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Rolfing special populations: In The Gloaming

When my mother died, she died for a long time.  During the last 4 years of her life, after our father died,  my sister and I took turns going to her small town in New Mexico each month from our homes on the coasts to set her up for the coming month, including paying her bills, taking her to her doctors, arranging with the neighbor to give her the pills, and putting in a stock of home-made frozen dinners.

During this time my sister and I constantly fretted about her and whether the care was appropriate.  (We spoke often with our brother, who was posted to various places in the world.)  When our father died in 1980, he had had a good physical 3 weeks before, showing only some pesky arthritis; it was only revealed at the end in a flash of great pain and nothingness that his heart arteries had blocked on him.

Our mother’s going was entirely different.  About 6 months before what would be the end, the doctor had declared that she could no longer live on her own; so we practically dragged her out of her house.  Then, at the end, we sat in a room with the doctor in one of our cities and he explained how the hospital committee would have to agree with him and with us that she would not recover, and agree to have the support measures taken away.

Our mother confounded that action for some 12 hours, breathing softly slower and slower and shallower and shallower.  It was a great gift that she gave me, one that told me what it physically looked like to just run down, and slip away.

I now knew the stages, giving me knowledge of that stage of “pretty good shape for the shape we’re in” and reducing anxiety around stages; I knew what the end looked like, and mostly we weren’t there yet!

At those times, well before the ends, I was not yet trained as a Rolfer, and have often wondered through the years if I could have made things easier for my parents.  It has had to suffice to assist a number of clients who have come to me in their early “gloaming”, at points where I can help them to be active and enjoy life longer.  It is intensely satisfying for me to get folks going and see the light come into their eyes and watch them frisk out.  (Well, gently frisk.)

My colleague Valerie Berg recently did a Rolfers’ workshop in Canada where among other things she taught ways to work on one of the first actions to go in aging: the cross-crawl walking pattern. Here’s a baby from Youtube, who has taken the pattern from the knees to the feet:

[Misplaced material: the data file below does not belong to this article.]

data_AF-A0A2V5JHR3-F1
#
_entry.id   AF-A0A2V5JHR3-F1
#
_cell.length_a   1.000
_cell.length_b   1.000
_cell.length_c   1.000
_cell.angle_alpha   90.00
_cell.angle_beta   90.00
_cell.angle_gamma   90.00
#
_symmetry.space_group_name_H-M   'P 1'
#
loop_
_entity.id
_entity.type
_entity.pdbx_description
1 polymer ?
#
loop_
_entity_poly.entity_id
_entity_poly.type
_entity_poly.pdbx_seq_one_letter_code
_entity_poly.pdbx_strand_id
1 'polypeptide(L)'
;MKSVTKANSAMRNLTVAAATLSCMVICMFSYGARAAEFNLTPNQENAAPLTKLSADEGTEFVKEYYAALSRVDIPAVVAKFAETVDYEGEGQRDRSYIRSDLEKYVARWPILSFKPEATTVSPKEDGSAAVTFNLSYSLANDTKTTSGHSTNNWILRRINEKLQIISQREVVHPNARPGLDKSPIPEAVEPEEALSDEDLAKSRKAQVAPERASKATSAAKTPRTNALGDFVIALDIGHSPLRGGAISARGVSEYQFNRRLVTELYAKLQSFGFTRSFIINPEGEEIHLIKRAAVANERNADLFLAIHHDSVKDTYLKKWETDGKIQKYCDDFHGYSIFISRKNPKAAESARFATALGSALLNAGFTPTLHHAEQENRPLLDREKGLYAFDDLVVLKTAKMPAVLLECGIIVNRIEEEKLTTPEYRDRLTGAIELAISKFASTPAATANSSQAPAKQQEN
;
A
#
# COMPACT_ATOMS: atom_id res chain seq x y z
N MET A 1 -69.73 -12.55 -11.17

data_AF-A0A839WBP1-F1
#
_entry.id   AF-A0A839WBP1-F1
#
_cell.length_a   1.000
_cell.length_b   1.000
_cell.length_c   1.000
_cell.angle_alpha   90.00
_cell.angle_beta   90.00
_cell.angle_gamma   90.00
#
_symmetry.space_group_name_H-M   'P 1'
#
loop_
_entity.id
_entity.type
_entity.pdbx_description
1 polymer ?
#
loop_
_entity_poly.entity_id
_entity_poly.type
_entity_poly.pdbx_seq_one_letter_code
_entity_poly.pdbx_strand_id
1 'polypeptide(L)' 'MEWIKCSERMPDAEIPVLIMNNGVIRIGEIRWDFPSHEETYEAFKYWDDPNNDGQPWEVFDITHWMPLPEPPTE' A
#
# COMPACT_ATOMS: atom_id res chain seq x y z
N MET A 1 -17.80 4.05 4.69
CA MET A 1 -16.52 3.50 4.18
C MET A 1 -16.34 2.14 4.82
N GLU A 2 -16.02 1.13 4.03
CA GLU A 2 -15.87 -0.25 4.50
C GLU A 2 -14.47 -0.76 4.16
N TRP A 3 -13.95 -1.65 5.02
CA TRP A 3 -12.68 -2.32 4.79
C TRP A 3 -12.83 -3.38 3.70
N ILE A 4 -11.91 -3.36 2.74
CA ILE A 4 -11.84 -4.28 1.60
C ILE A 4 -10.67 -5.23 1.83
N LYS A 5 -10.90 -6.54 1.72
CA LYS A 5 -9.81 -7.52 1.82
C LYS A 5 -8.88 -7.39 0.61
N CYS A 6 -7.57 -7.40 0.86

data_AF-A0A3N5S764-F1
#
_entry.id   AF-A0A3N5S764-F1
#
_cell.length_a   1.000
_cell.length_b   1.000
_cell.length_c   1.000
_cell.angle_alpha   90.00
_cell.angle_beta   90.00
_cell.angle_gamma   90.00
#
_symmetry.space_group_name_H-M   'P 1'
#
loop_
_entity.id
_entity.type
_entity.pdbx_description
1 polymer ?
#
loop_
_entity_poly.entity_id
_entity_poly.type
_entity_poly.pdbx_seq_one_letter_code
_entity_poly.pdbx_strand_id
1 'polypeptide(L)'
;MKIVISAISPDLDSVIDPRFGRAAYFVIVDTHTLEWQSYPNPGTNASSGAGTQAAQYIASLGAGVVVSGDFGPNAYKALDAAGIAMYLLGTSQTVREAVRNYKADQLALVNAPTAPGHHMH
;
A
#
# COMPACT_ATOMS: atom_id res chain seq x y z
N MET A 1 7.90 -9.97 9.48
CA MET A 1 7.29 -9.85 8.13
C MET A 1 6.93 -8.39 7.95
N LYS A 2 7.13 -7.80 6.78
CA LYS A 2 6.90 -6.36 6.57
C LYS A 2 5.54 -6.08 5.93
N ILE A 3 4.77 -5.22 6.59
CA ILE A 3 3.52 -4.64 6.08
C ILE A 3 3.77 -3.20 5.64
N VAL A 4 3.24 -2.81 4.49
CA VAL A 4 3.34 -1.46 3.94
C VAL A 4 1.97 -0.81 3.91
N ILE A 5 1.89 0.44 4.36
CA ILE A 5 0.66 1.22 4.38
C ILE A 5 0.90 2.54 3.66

Here’s a little trickiness that I recently learned at Claymont from Rebecca Carli to help restore this pattern and to help core stability:

Lie on your back (do not press your lower back into the floor!).  Raise up one knee keeping its foot on the floor so that you are lying down with one knee up and one knee down, the knee down leg straight and relaxed.

Feel the foot that has the knee raised up, feel it on the floor, know the texture of the floor and whatever else you can perceive.  Press that foot slightly down into and through the floor, at the same time as you reach across your body with that same side hand/arm.

Have a goal for the hand/arm: the hand is *really* attracted to something that it wants which is above your head and to the other side of your body.  Your upper body/ribs will go with the hand/arm after you get this going.

Change sides, rinse and repeat.

Don’t be too slow about it, get some energy into it.  Try this in crawling, maybe like the above baby did it, and maybe just on your hands and knees. Then see if you can take this motion into a standing exercise.  You will feel the cross-crawl twist, let it go into walking or running.

If you really feel frisky after this, try some up-downs.  Just get on your belly all the way down to the floor and get up to standing.  If you can do this, you are a long way from having to say, “I’ve fallen and I can’t get up!”  Try getting up out of a chair a few times without your hands.

If you don’t feel like any of the above here is another for you:

See you around the  Depends counter….

PS, in case you don’t know the “In The Gloaming” song, here it is:

This Post Has 2 Comments
  1. Roamin’ in the gloamin’, oh my darlin’!
    Being in the moment, in its fullness, richness — its entirety — is all we ever have. As I age, I have more capability for self-perception, as well as potential for more deceit.
    Good work on the blog. Like the inclusion of youtube vids. The first link was active and I could watch the baby in a tiny screen right amidst your text. Neato!

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